Chef Michael Laiskonis, right.

Chef Michael Laiskonis – right.

It seems almost trivial to talk about Michael Laiskonis’s beginning in Pastry. I could say that he grew up in Michigan, studied Visual Arts, and wandered into a friend’s shop where he became fascinated by the Zen of bread baking and the dough’s “living, breathing nature”. We could discuss how he explored both sides of cooking: alternating between sweet and savory before ultimately being drawn in by the science and precision of the pastry world. Or how in just a few years, without any formal culinary training and only books and mentors to guide him, he landed an Executive Pastry Chef position at what the New York Times called, “the best restaurant between New York and Chicago”, a role that earned him the award of “Top Ten Pastry Chefs in America” by Art & Design Magazine in 2002 and 2003. Finally, from there he made the big move to New York City; to Le Bernardin.

So why don’t I think his history is worth discussing in great detail? Well if George Washington was “born on a horse”, it seems that Michael Laiskonis was born with a whisk in his hand; or a bowl of sodium alginate or something. It’s strange to think of him as a line cook, sweating over a pot of some savory concoction. Or being yelled at and told he wasn’t good enough, precise enough; it just doesn’t seem possible. He’s an artist, chef, mentor, writer, visionary, photographer, and I refuse to see one of my heroes any other way.

When I arrived at Le Bernardin to interview Michael a few weeks back, I was instantly aware that I was in a great chef’s kitchen. It was pristine. And not just in that I wiped down the countertop because I knew you were coming sort of way. I mean not a speck of anything, anywhere. Not one unlabeled plastic Cambro. Not one tiny vessel of mise en place out of sync in the perfectly organized row of garnishes. His whole world seems like a work of art. Everything is precisely placed, instinctively built layer upon layer until it isn’t just pleasing to the eye, but a revelation. His desserts are pure. Flavors aren’t mixed, they’re precise, virtuous. Each element works within an ensemble and works on its own. Every time he adds another element you think it will be superfluous, but it isn’t. It’s just right. Simple. Sensational.

I think what makes Laiskonis’s plates so exciting is his youthful idealism. “If I don’t walk into my kitchen in the morning and get butterflies in my stomach, it’s time to get a new job,” he told me. He’s still growing, learning, pushing, after how many years at the top? Surely, that alone deserves some sort of award. Oh, and speaking of awards, since joining Le Bernardin in 2004 the restaurant has achieved a four star review by Frank Bruni in the New York Times and three Michelin stars. In 2004 he was named Pastry Chef of the Year by Bon Appetit Magazine and Outstanding Pastry Chef of the Year in 2007 by the James Beard Foundation. Just to name a few.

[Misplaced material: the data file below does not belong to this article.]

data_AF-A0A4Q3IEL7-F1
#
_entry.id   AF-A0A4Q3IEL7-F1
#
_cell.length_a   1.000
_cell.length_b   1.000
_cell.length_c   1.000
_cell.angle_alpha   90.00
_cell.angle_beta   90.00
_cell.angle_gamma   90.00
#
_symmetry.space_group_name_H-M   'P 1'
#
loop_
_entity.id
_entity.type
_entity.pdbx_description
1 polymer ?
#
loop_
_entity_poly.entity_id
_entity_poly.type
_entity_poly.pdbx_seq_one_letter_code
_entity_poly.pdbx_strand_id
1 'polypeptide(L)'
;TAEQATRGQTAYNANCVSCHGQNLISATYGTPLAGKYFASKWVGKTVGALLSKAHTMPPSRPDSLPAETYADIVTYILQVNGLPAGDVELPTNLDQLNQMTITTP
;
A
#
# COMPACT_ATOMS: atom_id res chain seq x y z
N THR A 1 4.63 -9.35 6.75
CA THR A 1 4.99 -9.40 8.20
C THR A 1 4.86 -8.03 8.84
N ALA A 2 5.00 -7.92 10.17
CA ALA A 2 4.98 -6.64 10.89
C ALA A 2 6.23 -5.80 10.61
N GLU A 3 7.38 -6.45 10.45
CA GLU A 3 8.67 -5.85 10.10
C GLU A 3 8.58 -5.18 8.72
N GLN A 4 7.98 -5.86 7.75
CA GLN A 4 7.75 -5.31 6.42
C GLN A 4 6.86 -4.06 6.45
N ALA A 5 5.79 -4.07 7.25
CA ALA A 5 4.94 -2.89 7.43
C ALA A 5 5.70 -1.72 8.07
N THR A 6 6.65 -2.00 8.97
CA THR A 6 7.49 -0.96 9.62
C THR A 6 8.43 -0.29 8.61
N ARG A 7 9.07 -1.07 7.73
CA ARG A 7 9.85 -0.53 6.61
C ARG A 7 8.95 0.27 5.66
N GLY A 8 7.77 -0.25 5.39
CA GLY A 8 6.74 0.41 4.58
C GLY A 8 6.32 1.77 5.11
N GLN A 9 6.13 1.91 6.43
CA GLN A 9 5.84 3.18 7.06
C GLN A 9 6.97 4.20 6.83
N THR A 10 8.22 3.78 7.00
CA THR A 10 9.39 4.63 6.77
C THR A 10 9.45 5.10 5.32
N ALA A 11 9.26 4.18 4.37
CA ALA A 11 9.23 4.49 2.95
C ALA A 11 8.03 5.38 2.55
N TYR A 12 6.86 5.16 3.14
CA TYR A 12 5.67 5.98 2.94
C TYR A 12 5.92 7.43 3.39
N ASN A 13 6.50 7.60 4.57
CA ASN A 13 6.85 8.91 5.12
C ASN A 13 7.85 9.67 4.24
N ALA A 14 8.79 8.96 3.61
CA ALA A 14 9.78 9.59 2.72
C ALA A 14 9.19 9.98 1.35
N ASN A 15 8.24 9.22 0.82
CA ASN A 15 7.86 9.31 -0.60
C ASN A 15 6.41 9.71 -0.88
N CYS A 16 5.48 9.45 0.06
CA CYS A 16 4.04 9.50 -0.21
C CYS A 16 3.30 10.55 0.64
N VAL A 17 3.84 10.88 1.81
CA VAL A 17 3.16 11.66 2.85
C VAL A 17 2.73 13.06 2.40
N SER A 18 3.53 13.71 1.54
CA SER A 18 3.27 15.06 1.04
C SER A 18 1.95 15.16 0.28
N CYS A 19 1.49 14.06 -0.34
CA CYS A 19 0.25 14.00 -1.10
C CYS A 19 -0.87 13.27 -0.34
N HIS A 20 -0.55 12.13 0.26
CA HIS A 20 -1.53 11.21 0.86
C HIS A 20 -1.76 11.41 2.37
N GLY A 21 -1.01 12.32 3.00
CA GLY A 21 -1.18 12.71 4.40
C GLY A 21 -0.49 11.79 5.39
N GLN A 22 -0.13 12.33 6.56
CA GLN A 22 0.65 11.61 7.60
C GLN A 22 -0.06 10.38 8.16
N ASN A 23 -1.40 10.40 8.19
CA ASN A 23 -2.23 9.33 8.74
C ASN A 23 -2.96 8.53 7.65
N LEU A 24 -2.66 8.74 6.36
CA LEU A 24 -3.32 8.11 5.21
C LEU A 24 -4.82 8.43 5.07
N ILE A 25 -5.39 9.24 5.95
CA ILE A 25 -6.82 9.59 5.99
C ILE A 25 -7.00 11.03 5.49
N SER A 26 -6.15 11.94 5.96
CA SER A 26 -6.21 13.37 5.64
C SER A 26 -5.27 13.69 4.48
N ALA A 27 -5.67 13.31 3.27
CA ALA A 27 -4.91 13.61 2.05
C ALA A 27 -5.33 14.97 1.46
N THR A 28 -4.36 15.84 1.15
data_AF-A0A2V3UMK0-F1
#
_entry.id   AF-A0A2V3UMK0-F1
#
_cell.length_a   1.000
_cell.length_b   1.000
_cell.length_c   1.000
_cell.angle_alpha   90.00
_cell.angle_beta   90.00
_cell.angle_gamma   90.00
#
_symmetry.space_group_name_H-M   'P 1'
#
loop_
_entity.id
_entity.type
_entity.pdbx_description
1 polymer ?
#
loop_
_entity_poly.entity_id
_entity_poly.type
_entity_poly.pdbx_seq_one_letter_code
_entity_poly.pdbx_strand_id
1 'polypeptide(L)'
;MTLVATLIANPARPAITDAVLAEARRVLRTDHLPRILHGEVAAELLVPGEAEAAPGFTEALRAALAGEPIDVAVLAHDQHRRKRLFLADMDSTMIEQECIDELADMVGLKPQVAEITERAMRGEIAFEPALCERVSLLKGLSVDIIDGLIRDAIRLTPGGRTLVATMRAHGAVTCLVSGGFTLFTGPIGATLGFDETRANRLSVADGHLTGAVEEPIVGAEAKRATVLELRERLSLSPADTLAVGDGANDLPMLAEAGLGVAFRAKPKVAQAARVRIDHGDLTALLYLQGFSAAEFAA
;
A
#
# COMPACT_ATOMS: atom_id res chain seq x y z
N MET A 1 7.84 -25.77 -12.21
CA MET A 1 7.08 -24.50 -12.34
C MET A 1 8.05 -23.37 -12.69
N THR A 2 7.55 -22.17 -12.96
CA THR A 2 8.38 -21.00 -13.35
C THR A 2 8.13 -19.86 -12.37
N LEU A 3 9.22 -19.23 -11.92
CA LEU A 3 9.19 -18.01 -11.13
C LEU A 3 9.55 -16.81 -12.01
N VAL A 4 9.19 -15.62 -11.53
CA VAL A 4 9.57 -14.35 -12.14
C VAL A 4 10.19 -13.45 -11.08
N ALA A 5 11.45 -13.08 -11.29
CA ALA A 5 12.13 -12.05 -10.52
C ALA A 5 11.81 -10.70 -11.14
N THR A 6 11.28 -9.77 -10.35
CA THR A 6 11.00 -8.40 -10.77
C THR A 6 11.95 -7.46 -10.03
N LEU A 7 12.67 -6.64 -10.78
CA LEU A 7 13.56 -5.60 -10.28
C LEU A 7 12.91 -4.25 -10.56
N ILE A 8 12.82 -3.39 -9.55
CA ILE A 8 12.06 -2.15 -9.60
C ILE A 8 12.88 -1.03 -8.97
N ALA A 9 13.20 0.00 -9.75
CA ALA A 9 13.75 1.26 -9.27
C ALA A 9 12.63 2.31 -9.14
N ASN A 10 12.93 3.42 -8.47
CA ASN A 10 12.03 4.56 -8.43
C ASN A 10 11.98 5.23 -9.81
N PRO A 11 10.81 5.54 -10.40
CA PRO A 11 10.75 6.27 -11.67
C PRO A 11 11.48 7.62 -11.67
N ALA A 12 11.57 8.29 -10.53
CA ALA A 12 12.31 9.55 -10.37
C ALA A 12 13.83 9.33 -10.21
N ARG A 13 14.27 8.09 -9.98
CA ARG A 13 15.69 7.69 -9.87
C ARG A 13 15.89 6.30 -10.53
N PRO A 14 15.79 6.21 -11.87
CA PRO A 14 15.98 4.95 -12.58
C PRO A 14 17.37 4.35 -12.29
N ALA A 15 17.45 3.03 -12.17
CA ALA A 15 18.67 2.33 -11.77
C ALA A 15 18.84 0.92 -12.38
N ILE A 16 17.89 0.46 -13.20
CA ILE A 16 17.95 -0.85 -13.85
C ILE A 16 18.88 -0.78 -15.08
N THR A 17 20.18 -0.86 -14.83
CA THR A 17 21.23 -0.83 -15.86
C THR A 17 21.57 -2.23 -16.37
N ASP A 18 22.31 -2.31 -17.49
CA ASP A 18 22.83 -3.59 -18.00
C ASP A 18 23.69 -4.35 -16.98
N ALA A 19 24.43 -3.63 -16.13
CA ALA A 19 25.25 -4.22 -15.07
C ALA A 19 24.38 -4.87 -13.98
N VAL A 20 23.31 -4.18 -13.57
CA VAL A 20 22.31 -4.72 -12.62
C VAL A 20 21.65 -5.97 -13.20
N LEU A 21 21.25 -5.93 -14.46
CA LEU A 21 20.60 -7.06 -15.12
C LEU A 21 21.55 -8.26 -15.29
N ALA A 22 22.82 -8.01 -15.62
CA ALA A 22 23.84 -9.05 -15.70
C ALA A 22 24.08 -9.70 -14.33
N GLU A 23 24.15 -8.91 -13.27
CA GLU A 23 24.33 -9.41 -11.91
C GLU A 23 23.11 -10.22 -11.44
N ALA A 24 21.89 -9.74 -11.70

In addition to his work at Le Bernardin, he’s worked as a consultant with various restaurants across the country and abroad, particularly at pastry shops in Japan. In his downtime, he’s an incredibly talented writer and blogger, posting recipes and articles that are truly inspirational to chefs, home cooks, or, I assume, anybody who can turn on a computer. The photographs that accompany his articles rival some by top food photographers, all produced with a handy little digital camera.

He seems to attack projects with childlike enthusiasm. As soon as he decided to begin blogging, with a slight push from Chef Eric Ripert, he fanatically began posting every day for months, literally creating his own cookbook day by day with original, spur of the moment recipes and photos. While all of his posts tend to draw me in, one in particular, labeled “Infectious Creativity” stood apart from the rest. In it, Laiskonis discusses Pastry’s link to fashion, architecture, music, writing, painting, design, theatre and photography. He questions how each element can influence and improve the creation of a dessert; how instead of concentrating on nostalgia or “culinary irony” as a means to elevate a dish intellectually or emotionally, chefs can use the influences of the world around them. For example,

(Music) “How would you go about ‘unplugging’ an already amplified ingredient?”…(Writing) “Does the dish/menu provide a narrative? What forms of punctuation can we use to good effect: periods, exclamation points, question marks, ellipses?”…( Painting) “Is a quick sketch less valid than a laborious masterpiece?”…(Theatre) “As a chef, is it possible to slip into character, to become the ingredient, to see the dish from its point of view? Do flavors listen to and play off of each other in the form of a dialogue?”

He inspires us to look at food in new ways. And I can tell you after going from restaurant to restaurant and seeing nearly the same menu recreated over and over again, it’s time to push the envelope. If there’s any justice in the world, Michael Laiskonis will be putting out a cookbook in the next couple of years. But until then, I hope many more chefs and home cooks will have the opportunity to taste his desserts and follow his writing. It’s a rare treat.

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